Much has been made of how Disney Imagineering isn't as fun as it once was. There's an emphasis on existing popular IP, not original rides, often losing some spark to them. But one thing that's notable is the lost art of what was once one of the best parts of Imagineering: Crafting a backstory for some top attractions.
It wasn't always that way as the early Disney rides just adapted some movies like Peter Pan or Snow White. Even as Disney began to push some bigger attractions like the Matterhorn or the Submarine Voyage, they didn't do much in the way of stories.
The first one to change that was the Haunted Mansion. Walt had put out the talk of how he was concerned about all the classic old mansions being torn down for new suburbs. His main concern was what would happen to all the ghosts haunting them, so he put together a home for them. He even had signs before the Mansion when it was being constructed on "We are accepting applications" from spirits.
That faded a bit when Walt passed away, but it made a comeback when Big Thunder Mountain was created. It's not mentioned much, but there is a backstory that the mountain was supposedly on Native American lands, and when miners began setting up shop for the gold, it led to a curse hitting the realm. That's why the town at the end appears abandoned, and the "Thunder" of the title is the ancient spirit causing tunnel cave-ins and more.
That was a fun turn and would become used by Disney down the road.
The heydey of Imagineering backstories
The late 1980s and early '90s were fantastic for Imagineers crafting backstories for attractions. The first big example was Typhoon Lagoon, with the story of a massive storm hitting an island village and causing damage that led to so many water slides and other side attractions.
Pleasure Island had an expansive backstory in how explorer Merriweather Adam Pleasure founded the place to be warehouses for his business and various items he acquired in his global travels. When he was lost at sea, his sons ran the business into the ground until Disney found the area to rebuild it. That led to the touches of how the clubs were based on "warehouses" and the beloved Adventurers Club having it always be 1937 with a great humor to it.
It wasn't just the rides as Disney crafted an elaborate history for the Port Orleans resort, claiming it and Dixie Landings (now Riverside) were part of a centuries-old tale on the development of the New Orleans area with businesses and more. Many guests have no idea this backstory even existed but added to the fun stay.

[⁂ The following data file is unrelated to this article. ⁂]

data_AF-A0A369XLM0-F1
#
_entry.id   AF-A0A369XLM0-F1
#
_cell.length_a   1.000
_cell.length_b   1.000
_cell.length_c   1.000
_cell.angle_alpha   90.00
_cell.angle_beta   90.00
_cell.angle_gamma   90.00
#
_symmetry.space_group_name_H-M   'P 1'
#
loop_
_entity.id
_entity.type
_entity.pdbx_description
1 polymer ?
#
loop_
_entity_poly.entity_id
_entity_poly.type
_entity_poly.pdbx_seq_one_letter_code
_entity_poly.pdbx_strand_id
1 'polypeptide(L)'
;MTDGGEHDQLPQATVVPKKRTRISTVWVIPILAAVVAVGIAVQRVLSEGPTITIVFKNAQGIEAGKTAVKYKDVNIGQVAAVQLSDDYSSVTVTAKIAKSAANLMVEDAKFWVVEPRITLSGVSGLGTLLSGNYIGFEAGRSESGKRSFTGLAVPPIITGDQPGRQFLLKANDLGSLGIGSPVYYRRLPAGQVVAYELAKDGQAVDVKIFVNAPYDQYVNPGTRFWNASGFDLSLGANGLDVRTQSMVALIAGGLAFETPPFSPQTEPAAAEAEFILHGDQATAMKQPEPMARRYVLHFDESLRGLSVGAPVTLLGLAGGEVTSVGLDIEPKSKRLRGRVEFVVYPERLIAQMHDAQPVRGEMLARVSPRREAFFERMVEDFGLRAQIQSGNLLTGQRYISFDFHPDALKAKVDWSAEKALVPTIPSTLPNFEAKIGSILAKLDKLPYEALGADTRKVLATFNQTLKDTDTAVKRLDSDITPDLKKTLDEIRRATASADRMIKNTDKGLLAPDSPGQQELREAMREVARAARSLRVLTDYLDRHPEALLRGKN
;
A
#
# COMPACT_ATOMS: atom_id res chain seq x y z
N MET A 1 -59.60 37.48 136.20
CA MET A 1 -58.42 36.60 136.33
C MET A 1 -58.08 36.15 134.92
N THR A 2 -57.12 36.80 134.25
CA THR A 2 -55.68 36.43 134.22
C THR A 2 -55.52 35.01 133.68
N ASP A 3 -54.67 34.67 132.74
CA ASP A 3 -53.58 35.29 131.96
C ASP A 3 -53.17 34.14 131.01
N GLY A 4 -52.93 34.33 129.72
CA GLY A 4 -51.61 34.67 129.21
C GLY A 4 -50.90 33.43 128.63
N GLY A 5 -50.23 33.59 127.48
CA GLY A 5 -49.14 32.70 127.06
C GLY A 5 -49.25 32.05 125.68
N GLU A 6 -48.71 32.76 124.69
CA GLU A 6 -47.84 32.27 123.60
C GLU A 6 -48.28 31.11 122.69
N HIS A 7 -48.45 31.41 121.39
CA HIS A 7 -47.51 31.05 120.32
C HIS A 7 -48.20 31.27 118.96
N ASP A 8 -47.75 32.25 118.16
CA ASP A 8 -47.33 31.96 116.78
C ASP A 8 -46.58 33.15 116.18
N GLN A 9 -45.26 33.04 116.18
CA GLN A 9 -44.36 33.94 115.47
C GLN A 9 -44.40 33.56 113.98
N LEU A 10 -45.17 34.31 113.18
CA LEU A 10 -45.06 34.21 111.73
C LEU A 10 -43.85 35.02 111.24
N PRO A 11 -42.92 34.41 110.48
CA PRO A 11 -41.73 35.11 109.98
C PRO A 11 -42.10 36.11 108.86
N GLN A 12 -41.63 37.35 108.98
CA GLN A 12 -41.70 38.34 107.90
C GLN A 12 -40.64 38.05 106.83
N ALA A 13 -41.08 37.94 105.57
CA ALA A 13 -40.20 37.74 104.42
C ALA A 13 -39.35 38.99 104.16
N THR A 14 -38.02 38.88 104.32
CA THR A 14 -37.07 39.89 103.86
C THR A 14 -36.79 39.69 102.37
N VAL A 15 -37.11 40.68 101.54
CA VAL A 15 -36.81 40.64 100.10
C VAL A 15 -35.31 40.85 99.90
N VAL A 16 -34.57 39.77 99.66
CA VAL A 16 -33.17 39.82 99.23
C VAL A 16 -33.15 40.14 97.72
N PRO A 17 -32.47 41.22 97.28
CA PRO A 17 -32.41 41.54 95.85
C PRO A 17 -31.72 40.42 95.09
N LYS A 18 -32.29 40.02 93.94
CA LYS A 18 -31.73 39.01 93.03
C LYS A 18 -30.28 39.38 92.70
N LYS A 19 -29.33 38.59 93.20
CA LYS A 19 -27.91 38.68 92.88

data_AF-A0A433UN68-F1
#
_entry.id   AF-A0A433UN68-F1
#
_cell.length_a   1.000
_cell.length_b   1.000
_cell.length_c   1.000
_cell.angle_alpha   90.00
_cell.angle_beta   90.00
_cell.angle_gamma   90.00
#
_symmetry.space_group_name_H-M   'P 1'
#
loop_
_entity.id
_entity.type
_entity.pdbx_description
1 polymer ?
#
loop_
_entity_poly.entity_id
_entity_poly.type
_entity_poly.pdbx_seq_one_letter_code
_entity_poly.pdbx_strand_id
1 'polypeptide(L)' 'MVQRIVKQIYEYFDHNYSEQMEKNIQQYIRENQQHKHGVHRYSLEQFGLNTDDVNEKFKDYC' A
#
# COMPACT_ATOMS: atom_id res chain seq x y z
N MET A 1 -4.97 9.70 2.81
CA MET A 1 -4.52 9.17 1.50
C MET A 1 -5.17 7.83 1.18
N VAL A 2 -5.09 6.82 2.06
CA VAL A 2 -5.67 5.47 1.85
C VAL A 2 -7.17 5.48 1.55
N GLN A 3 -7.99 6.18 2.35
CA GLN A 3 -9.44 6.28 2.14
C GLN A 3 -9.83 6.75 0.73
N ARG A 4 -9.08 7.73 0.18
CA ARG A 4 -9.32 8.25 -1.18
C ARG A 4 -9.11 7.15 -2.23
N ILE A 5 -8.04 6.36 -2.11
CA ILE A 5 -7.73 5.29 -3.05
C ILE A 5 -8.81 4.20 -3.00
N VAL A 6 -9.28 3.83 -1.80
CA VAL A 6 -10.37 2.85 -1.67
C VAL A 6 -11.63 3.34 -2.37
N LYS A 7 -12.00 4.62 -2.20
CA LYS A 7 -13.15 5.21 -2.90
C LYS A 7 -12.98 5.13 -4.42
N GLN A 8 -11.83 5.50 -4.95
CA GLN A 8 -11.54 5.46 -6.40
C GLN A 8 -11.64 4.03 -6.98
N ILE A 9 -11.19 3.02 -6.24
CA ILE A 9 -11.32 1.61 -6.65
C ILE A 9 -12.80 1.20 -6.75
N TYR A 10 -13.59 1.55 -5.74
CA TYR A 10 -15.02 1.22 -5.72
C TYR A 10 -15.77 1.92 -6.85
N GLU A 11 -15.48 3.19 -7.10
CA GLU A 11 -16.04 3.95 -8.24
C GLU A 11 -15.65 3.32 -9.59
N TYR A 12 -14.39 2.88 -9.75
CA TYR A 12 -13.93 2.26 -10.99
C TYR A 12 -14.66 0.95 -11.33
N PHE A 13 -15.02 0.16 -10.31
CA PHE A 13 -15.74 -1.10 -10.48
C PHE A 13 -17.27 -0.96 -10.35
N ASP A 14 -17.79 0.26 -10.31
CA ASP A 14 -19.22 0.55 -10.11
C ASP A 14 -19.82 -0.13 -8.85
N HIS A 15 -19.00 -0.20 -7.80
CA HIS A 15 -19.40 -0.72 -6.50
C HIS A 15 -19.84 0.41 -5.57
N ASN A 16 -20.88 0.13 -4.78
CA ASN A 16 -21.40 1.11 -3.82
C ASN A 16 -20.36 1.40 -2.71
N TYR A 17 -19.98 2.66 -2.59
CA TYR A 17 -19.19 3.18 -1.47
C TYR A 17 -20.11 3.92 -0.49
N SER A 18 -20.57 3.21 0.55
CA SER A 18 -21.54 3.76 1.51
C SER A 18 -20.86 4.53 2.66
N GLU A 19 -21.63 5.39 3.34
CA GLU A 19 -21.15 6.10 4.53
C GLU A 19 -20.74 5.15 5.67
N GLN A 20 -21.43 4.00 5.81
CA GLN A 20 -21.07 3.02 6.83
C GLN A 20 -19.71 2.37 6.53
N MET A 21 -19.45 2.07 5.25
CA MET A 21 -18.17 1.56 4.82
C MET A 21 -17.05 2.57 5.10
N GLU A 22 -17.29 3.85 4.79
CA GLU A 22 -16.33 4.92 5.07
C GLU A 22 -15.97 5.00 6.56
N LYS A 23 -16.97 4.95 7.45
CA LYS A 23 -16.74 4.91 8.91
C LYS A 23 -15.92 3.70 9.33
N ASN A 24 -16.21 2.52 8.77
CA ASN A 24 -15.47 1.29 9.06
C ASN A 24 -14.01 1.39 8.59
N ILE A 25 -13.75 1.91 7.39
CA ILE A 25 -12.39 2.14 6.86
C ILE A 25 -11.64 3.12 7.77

Perhaps Disney's most inventive backstory was Blizzard Beach. It was truly offbeat with the tale of a freak winter storm dropping a ton of snow on Disney World property and the creation of Florida's first ski resort. But it sold the park nicely and showed how much the Imagineers cared for a guest feeling the story of a ride even before they entered it.
The downfall of good backstories
Sadly, just as Imagineering seems to have hit a bit of a slump, so has the magic of backstories. One of the last big attempts was in 2006, with Disney creating a nice mythology about Expedition Everest and the Yeti told in the waiting area. But, after that, things became overwhelmed with IP rides based on Marvel and other properties and lacked the spark of the past.
There have been attempts like Disney Springs having a story much like Pleasure Island of a settler founding a town around its springs. The upcoming Tiana's Bayou Adventure has already promoted the story of Tiana searching for the right ingredients for her restaurant and mixing it with the old Splash Mountain attraction.
But something is missing in some Disney rides in how much care the Imagineers took crafting the right backstories for them. It's not that it's totally dead, as Disney Seas can offer a lot of great ones for their rides. But for the U.S. Disney parkgoers, Disney seems okay with relying on IP like Marvel on Cosmic Rewind and other rides rather than creating stories of their own.
It's easy to put the blame on Disney management cutting costs but it also seems a new wave of Imagineers just don't have the same spirit for inventive tales as before. It doesn't help that having to work on stuff from Star Wars or Marvel holds back on the potential for better tales that sell the experience for guests.
That's a shame because creating that backstory is often the key to what makes an attraction so wonderful. It's why the Haunted Mansion still resonates, the tale of these wayward ghosts coming together. Or why you can feel some history in older attractions. True, not every ride needs a story (Jungle Cruise works just as a simple boat trip, not an adventure company), but creating a story shows the Imagineers intended this not just as a ride but an experience.
There's still potential for this to come back, as Disney has proven they can still make top-level rides. However, the reliance on IP stuff more than original ideas does limit that a bit. It's too bad, as a backstory for a Disney attraction is often what separates the good rides from the classics people love.